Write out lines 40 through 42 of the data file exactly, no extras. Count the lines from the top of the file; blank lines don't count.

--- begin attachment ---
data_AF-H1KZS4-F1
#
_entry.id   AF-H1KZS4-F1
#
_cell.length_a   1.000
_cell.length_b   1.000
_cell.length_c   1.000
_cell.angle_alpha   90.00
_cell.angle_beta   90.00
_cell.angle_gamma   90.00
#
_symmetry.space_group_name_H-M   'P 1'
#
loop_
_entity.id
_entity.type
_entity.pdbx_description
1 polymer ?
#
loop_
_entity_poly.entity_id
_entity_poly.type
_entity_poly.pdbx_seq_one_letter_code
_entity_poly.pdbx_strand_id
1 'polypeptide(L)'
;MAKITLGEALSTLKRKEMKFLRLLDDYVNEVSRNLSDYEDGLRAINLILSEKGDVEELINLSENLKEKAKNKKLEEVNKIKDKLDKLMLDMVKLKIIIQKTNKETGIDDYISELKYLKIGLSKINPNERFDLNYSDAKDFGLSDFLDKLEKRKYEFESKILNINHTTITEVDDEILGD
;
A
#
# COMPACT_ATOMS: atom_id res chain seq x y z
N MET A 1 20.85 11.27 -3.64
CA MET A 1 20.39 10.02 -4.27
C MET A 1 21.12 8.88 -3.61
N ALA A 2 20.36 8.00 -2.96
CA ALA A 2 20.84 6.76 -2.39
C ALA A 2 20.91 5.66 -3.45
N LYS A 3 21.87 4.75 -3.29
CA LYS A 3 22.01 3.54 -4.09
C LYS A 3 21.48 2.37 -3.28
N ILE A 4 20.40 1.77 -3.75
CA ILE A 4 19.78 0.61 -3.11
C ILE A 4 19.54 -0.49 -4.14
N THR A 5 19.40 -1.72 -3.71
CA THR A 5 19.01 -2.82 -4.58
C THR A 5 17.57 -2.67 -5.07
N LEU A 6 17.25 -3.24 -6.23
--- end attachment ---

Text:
N ILE A 4 20.40 1.77 -3.75
CA ILE A 4 19.78 0.61 -3.11
C ILE A 4 19.54 -0.49 -4.14